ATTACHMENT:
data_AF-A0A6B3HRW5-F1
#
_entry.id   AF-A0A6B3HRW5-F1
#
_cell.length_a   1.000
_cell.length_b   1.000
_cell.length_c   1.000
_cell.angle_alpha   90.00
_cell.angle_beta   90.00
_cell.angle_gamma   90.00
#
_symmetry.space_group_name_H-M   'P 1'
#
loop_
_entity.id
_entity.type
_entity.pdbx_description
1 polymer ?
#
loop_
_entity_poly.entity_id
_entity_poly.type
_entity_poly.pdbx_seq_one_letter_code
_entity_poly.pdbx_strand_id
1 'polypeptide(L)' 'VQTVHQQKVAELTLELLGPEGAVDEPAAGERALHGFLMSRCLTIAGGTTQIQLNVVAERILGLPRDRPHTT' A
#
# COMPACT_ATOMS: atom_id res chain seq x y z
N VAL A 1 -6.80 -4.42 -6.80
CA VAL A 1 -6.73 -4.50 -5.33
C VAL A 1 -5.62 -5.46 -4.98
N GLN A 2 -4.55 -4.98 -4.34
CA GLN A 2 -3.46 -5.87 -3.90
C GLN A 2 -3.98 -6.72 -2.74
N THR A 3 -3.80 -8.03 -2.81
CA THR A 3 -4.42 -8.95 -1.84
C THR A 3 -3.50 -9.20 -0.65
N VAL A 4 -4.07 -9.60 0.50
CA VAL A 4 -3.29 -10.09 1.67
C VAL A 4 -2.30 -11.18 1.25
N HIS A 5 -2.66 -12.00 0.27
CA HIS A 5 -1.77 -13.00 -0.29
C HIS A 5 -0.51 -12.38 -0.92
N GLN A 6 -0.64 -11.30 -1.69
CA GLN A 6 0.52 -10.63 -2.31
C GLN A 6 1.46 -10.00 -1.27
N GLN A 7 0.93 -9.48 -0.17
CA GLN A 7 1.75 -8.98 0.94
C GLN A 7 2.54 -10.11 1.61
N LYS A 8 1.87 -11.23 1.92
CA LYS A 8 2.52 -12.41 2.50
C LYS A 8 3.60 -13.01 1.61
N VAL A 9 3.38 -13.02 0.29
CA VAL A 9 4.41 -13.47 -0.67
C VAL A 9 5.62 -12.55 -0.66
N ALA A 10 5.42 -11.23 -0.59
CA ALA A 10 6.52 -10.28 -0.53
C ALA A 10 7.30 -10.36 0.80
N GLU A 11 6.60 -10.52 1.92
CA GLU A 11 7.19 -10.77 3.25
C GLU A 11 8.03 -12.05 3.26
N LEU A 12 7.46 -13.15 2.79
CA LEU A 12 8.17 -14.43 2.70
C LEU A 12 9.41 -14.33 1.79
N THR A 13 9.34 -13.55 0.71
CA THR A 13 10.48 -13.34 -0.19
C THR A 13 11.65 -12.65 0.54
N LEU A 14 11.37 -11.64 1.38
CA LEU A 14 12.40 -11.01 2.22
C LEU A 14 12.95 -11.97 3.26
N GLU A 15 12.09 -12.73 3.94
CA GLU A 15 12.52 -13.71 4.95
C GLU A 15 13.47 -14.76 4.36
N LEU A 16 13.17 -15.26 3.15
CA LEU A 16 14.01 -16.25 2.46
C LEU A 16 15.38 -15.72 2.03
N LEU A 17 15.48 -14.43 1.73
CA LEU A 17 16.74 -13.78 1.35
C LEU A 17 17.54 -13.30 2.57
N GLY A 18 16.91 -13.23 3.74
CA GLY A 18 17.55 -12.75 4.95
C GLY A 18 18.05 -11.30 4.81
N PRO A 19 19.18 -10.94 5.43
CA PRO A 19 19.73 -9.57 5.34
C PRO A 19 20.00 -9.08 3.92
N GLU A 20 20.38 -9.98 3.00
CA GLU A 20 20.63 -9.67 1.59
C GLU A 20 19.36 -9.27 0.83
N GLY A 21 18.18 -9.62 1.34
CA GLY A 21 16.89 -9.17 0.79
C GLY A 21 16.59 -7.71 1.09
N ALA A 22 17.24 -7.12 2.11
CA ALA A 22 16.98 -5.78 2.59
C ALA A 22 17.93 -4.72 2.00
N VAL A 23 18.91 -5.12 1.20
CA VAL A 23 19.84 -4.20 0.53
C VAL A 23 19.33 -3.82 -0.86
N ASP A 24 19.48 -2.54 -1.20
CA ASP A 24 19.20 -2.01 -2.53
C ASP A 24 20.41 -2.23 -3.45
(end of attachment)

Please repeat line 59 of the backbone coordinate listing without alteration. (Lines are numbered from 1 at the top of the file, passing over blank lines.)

CA GLU A 11 7.19 -10.77 3.25